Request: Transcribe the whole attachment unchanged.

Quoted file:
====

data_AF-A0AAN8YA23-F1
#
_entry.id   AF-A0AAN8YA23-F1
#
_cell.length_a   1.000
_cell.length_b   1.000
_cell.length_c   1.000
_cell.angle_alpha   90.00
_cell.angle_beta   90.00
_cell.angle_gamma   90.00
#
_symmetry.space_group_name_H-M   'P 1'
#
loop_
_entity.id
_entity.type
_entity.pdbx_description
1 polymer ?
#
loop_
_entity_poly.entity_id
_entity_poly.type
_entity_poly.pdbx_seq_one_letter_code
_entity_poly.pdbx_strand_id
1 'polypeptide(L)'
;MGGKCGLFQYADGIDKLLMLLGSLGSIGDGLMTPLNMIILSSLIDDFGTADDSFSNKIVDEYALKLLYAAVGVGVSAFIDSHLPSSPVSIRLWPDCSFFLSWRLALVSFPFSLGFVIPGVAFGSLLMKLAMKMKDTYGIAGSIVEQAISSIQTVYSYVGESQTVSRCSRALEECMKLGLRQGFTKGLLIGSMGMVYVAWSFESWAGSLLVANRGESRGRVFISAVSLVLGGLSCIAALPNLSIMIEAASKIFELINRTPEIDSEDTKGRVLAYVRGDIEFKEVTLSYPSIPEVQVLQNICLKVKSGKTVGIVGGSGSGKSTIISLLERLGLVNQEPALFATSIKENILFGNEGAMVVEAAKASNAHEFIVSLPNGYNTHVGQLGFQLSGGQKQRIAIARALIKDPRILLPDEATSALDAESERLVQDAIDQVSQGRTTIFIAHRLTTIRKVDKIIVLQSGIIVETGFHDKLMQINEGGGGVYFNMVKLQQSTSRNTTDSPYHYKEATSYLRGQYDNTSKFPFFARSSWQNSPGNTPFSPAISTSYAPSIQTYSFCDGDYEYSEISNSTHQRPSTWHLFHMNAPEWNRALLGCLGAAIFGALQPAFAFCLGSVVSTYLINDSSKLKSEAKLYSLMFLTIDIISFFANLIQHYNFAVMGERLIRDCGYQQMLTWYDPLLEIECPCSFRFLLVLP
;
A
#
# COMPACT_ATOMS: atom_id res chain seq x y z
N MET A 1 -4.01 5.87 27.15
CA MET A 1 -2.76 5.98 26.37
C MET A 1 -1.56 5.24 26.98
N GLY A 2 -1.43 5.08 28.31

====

data_AF-A0AAN8YA23-F1
#
_entry.id   AF-A0AAN8YA23-F1
#
_cell.length_a   1.000
_cell.length_b   1.000
_cell.length_c   1.000
_cell.angle_alpha   90.00
_cell.angle_beta   90.00
_cell.angle_gamma   90.00
#
_symmetry.space_group_name_H-M   'P 1'
#
loop_
_entity.id
_entity.type
_entity.pdbx_description
1 polymer ?
#
loop_
_entity_poly.entity_id
_entity_poly.type
_entity_poly.pdbx_seq_one_letter_code
_entity_poly.pdbx_strand_id
1 'polypeptide(L)'
;MGGKCGLFQYADGIDKLLMLLGSLGSIGDGLMTPLNMIILSSLIDDFGTADDSFSNKIVDEYALKLLYAAVGVGVSAFIDSHLPSSPVSIRLWPDCSFFLSWRLALVSFPFSLGFVIPGVAFGSLLMKLAMKMKDTYGIAGSIVEQAISSIQTVYSYVGESQTVSRCSRALEECMKLGLRQGFTKGLLIGSMGMVYVAWSFESWAGSLLVANRGESRGRVFISAVSLVLGGLSCIAALPNLSIMIEAASKIFELINRTPEIDSEDTKGRVLAYVRGDIEFKEVTLSYPSIPEVQVLQNICLKVKSGKTVGIVGGSGSGKSTIISLLERLGLVNQEPALFATSIKENILFGNEGAMVVEAAKASNAHEFIVSLPNGYNTHVGQLGFQLSGGQKQRIAIARALIKDPRILLPDEATSALDAESERLVQDAIDQVSQGRTTIFIAHRLTTIRKVDKIIVLQSGIIVETGFHDKLMQINEGGGGVYFNMVKLQQSTSRNTTDSPYHYKEATSYLRGQYDNTSKFPFFARSSWQNSPGNTPFSPAISTSYAPSIQTYSFCDGDYEYSEISNSTHQRPSTWHLFHMNAPEWNRALLGCLGAAIFGALQPAFAFCLGSVVSTYLINDSSKLKSEAKLYSLMFLTIDIISFFANLIQHYNFAVMGERLIRDCGYQQMLTWYDPLLEIECPCSFRFLLVLP
;
A
#
# COMPACT_ATOMS: atom_id res chain seq x y z
N MET A 1 -4.01 5.87 27.15
CA MET A 1 -2.76 5.98 26.37
C MET A 1 -1.56 5.24 26.98
N GLY A 2 -1.43 5.08 28.31